It may be too late to have a happy childhood, but it is never too late to have a turbulent adolescence!
We as a society have lost sight of what it means to grow up. And that’s a good thing!
The gift (and curse) of the Enlightenment is that each of us must answer the question: who do I want to be when I grow up? It is tempting to envy our ancestors and traditional cultures who had well-defined “markers of maturity”, e.g., marriage, mortgage, and making money. There is enormous security, stability, and support in having society validate who you are supposed to be.
But there is also enormous danger, especially for Christians.
In Which We Give Up the World for God, So We Can Give God to the World
Worship is simultaneously the most personal and the most all-encompassing of all human experiences. True worship is to encounter the Divine Presence in the very depths of our being, in a posture of absolute stillness and submission.
Yet such an encounter doesn’t merely empower and inspire us; it also requires us to manifest that same Presence amidst the frenzy and confusion of this present darkness (cf. Ephesians 6:12). Even to those we think least likely to respond…
Memory Verse: “God is spirit, and his worshipers must worship in spirit and in truth.”” — John 4:24 (NKJV)
Submission is the key to understanding and exercising divine authority. Not merely submitting to God, but also to other humans — even those we might be tempted to count our inferiors — in order to serve them.
Crucially, our service must not spring from codependency or a need to be liked, but from a single-minded devotion to our Lord Jesus Christ, who made Himself a servant for our sake.
For only if we serve as Jesus served can we triumph as He triumphs.
Memory Verse: “For we do not preach ourselves, but Christ Jesus the Lord, and ourselves your bondservants for Jesus’ sake.” — 2 Corinthians 4:5 (NKJV)
Throughout the Old and New Testament, God’s people have fasted to express sorrow, repentance, and desperation. In ways we only partly understand, these acts of physical denial open up our spirits to experience God in deeper and more powerful ways. For Christians, fasting is less an obligation than a privilege: the opportunity to enjoy a special time of intimacy with our Bridegroom despite his physical absence (cf. Mark 2:18-20).
Memory Verse: “‘Now, therefore,’ says the LORD, ‘Turn to Me with all your heart, with fasting, with weeping, and with mourning.’ So rend your heart, and not your garments; Return to the LORD your God, for He is gracious and merciful, slow to anger, and of great kindness; and He relents from doing harm.” —Joel 2:12-13 (NKJV)
In Which God Is Glorified Amidst Our Shame, If We Choose His Glory Over Ours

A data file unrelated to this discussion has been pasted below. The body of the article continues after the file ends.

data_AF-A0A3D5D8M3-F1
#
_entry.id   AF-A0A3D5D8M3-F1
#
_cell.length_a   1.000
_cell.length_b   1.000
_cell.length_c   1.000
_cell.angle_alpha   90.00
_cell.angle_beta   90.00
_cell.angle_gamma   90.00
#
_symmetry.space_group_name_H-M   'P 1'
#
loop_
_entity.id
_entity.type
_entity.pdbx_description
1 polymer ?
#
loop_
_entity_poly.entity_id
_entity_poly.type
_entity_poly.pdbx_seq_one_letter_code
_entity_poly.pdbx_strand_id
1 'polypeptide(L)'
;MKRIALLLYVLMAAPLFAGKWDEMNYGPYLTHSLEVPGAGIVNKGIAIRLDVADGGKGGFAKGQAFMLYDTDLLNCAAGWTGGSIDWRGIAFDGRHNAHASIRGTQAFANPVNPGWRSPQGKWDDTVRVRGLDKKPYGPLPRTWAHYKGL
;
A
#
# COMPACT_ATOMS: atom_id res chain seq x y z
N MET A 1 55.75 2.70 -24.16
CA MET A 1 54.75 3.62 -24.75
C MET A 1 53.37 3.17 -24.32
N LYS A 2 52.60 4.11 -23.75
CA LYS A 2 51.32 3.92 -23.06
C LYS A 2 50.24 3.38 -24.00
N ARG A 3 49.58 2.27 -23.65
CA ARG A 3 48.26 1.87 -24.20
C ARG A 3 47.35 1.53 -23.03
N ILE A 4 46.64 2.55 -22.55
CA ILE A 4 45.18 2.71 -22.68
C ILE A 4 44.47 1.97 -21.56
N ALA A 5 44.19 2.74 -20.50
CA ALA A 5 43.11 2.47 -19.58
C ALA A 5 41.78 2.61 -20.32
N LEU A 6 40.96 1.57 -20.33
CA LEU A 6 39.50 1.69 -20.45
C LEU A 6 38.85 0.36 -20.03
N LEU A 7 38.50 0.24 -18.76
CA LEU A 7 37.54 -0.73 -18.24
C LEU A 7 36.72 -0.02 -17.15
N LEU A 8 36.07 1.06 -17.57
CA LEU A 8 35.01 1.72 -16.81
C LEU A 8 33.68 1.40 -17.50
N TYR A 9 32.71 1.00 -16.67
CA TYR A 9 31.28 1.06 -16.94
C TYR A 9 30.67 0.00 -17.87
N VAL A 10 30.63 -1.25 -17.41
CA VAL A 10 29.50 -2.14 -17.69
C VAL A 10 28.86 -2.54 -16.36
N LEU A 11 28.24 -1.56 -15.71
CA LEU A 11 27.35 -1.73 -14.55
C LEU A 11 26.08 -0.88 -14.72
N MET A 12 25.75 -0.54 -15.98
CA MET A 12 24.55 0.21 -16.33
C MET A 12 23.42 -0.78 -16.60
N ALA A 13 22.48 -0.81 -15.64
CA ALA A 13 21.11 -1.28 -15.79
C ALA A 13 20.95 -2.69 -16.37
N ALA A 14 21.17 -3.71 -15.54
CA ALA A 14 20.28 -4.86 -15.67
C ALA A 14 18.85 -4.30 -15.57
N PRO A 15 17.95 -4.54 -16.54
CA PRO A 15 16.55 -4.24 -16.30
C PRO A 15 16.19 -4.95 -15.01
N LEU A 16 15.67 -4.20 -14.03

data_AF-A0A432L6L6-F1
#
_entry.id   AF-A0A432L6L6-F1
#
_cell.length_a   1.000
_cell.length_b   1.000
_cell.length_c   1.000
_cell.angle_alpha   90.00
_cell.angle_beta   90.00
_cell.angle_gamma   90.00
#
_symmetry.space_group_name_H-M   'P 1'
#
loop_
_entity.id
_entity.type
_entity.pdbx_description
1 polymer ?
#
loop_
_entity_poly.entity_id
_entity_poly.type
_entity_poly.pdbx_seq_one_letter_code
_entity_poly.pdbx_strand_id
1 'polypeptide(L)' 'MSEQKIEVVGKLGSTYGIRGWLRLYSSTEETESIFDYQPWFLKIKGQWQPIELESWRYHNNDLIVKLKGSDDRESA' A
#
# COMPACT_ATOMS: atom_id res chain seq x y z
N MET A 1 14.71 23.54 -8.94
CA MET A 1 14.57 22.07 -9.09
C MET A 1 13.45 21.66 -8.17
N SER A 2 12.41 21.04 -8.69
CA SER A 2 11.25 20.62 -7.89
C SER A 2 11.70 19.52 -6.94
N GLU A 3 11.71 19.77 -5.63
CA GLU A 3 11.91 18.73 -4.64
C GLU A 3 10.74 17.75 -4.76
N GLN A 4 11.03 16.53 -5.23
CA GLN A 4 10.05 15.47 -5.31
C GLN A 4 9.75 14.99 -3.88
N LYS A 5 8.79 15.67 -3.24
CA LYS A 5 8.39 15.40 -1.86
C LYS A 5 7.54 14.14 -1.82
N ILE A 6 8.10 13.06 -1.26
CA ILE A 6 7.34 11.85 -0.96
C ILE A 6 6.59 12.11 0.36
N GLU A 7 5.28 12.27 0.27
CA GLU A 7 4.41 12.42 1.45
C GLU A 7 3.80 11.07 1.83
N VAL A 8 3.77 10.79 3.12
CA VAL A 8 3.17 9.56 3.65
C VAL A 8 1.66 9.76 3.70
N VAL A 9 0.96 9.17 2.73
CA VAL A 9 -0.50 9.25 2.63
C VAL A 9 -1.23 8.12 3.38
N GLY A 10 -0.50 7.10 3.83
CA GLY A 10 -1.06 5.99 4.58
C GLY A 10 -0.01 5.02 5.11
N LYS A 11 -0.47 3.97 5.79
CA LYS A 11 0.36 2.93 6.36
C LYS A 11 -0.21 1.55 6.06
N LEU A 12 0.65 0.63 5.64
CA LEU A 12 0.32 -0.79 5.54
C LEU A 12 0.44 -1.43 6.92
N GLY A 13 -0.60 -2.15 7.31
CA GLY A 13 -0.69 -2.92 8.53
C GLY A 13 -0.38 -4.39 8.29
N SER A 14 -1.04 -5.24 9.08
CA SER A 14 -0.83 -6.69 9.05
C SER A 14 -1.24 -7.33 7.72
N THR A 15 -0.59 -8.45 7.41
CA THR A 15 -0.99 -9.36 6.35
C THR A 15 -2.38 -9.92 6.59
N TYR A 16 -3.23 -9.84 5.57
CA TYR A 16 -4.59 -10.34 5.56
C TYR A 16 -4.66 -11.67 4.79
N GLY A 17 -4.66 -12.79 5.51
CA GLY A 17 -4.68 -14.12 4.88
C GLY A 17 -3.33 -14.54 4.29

As we finish this module, the most important lesson to remember is that wisdom and virtue are essential — but impossible! No matter how much we try or mature, we will never quite be able to fulfill everything God (or society, or even ourselves) expects of us. By God’s grace we may continue to improve, but we will never be perfect.
Western culture rarely admits the resulting sense of shame, but we still suffer its effects. The ultimate question is whether we will be “real” enough to submit our shame to the cross of Christ, so that He can heal us for His glory — or will we pridefully cling to our own glory, and remain simple, mockers, and fools?
In Which We Submit To Our Place in God’s Creation, And Are Commended By Him
“Blessed are those who mourn, For they shall be comforted.” — Matthew 5:4
Envy is a close cousin to greed, though greed focuses on the thing desired while envy on the person who currently has it. It has been called the most miserable sin, since it doesn’t cause even temporary pleasure to those who commit it!
Envy can be defined as resenting those who possess what we crave. In contrast, mourners have processed the painful truth that this life will never fulfill our deepest longings. But as we submit to our place in God’s created order, we receive what the wise crave most: the comfort of His divine presence.
In Which We Reject God’s Dominion, And Pay The Price
When God created the world, He gave us (mankind) dominion over all the plants and animals. But it was not an unconditional grant: rather, we have a responsibility to take His already “very good” creation to the next level, by filling the earth with Hisimage.
And if we fail in that responsibility, the price is high…
Apologies for the pretentious title, but I wanted to challenge myself to identify and reorganize the lessons we covered in last year’s leadership class into a coherent prescription for facing down “Ministry Killers”. The idea is that each of these “steps” would be a single “life lesson”, but that together they provide the “full armor of God.“
Now, the first thing you need to realize is that oatmeal is part of my life. Not a big part, or a hugely important one, but a regular part. It is a central focus of my morning routine, right up there with coffee. I’m not religious about it — when I go out, I’m more likely to have an omelette — but if I’m home I’ll have oatmeal.
That isn’t meant as an excuse, or any sort of justification for how I reacted. I’m just trying to give you some context, to help you understand what happened, and what it might mean. These are the raw ingredients; what you make of them is up to you. Kind of like oatmeal itself.
Click [Read More] to experience what may well be the silliest parable you’ll ever read. Even if it was ‘just’ a dream — and one God used to clarify my life purpose.